To mix things up, sometimes I'll slip an empty case into the magazine (at a point where I'm not exactly sure what shot it will be) for malfunction drills.

Weak hand drills are important too. I try to keep things interesting. Can I keep five shots in the black at twenty-five yards at the bench? Sure, but that likely won't apply much in the real world when it matters.

Virtually all of my practice is ten yards or less with fun things thrown in like weak-hand, presentation drills, and malfunction/clearance drills.

They say a slow hit beats a fast miss any day. This is true. But a fast hit is better than either. I'm not much good to myself in a self-defense situation if the only thing I'm adept at is shots at twenty-five yards when sitting down and supporting the gun on a bag. :)

Andy
 

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Discussion Starter #8
Good practice tips! Thanks all. The tactical pistol class my wife and I took was focused entirely on very fast shooting at > 10 feet. It was very interesting and an entirely new concept to me, vs. my other training/instruction.

Since taking the class I have been warming up with 7 yard slow fire, then 15, then 20, then 25, running 1-2 10rd mags at each distance. I then do double/triple taps at 10, 7, 3 yards. Then one mag of rapid fire at 10 and 7 feet and 1 mag with my weak hand at the same range. I then do a last mag at 5 feet firing from a retention stance. I am trying to blend target and defensive shooting. The ability to hit a target at 25+ yards may not have realistic defensive applications, but it does make me feel better. :)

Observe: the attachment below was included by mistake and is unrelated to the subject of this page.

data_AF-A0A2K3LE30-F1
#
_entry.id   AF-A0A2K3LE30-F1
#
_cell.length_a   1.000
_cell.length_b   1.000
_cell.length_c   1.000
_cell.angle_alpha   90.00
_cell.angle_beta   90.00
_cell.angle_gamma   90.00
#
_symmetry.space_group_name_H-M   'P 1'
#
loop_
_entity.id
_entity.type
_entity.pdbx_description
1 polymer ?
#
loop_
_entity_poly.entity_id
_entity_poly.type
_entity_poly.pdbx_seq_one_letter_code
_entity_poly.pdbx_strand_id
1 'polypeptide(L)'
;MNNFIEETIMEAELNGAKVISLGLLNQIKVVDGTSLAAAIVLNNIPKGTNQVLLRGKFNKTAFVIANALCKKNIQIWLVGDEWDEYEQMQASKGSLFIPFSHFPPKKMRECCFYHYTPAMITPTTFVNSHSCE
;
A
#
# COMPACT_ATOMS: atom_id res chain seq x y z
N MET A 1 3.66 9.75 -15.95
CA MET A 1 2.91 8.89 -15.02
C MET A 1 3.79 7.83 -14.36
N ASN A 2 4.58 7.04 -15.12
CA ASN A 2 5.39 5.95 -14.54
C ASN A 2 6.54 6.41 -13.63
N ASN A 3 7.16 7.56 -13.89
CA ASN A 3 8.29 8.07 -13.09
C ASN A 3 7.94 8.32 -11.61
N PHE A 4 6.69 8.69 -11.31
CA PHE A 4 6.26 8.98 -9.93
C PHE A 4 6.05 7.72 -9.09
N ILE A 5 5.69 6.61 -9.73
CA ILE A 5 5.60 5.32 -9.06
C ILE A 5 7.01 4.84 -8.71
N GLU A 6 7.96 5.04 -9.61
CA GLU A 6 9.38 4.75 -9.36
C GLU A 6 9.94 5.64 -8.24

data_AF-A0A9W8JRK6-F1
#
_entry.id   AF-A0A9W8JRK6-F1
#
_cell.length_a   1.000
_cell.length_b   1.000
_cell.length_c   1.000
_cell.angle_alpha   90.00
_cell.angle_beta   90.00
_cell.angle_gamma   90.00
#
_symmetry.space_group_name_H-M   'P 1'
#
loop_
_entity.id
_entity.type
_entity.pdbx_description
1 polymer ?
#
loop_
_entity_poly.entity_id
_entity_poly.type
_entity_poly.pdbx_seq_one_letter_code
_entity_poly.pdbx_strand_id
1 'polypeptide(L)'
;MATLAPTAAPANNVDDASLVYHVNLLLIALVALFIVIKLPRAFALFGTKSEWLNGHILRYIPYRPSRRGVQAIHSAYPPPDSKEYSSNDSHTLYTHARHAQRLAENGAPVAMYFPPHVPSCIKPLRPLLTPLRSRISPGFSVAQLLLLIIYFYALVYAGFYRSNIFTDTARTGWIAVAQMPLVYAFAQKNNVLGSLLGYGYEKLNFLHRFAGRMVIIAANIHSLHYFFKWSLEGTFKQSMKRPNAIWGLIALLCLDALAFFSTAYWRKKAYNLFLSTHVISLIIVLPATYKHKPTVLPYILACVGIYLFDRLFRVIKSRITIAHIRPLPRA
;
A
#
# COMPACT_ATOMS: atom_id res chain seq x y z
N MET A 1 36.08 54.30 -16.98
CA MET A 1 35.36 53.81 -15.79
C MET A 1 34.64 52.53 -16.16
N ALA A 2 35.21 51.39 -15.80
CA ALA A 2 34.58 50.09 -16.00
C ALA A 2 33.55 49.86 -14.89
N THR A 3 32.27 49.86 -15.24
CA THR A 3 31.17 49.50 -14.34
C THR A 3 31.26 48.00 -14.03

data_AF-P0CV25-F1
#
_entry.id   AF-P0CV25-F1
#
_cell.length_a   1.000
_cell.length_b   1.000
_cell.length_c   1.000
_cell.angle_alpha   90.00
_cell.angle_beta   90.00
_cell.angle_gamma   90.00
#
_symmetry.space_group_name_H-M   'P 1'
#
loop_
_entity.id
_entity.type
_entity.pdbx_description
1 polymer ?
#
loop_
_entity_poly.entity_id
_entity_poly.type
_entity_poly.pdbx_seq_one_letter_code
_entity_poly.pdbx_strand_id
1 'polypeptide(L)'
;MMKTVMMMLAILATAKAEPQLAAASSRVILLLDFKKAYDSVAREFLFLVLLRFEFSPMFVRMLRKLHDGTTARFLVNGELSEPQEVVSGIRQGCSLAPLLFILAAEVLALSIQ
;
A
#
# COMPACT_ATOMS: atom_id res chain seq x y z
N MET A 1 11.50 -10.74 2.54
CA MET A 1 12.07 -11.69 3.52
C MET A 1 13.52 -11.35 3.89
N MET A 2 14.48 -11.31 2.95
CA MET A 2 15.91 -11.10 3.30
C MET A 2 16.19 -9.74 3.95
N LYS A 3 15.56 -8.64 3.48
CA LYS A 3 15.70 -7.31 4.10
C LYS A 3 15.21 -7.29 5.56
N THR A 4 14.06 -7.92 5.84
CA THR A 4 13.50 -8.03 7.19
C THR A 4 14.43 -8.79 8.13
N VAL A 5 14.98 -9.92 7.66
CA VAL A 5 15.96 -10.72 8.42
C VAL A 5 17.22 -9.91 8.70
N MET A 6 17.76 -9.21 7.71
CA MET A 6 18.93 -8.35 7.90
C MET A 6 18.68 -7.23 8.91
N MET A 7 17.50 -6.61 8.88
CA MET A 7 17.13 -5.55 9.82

The other part of all this is that I think I am going to try IDPA shooting. I have no idea if the XS Big Dot will work with this type of shooting.

Maybe I need another XD! Wife will love it- "But Honey, this pistol is my carry gun! I need another one for competition!" I have had the XD-9 for a week and she is already asking me if I am going to sell the other pistols since I obviously love the new one so much. Of course, she wants a XDSC now...
 

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I've been reading one of Chuck Taylor's books and he says that the vast majority of shootings take place in 7 feet or less. 7 feet...that's a scary thought. Which is why he practices drawing and shooting in about 1 second. Even so, that might not be enough time.
 

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21 feet is the "Tueller" drill--as somebody stated, a knife wielding attacker can close 21 feet before the average person could draw & fire. Shooting past 21 feet will be difficult to defend in court. You better have awful good justification for it.

Good on ya for practicing. Wish I could do more of that!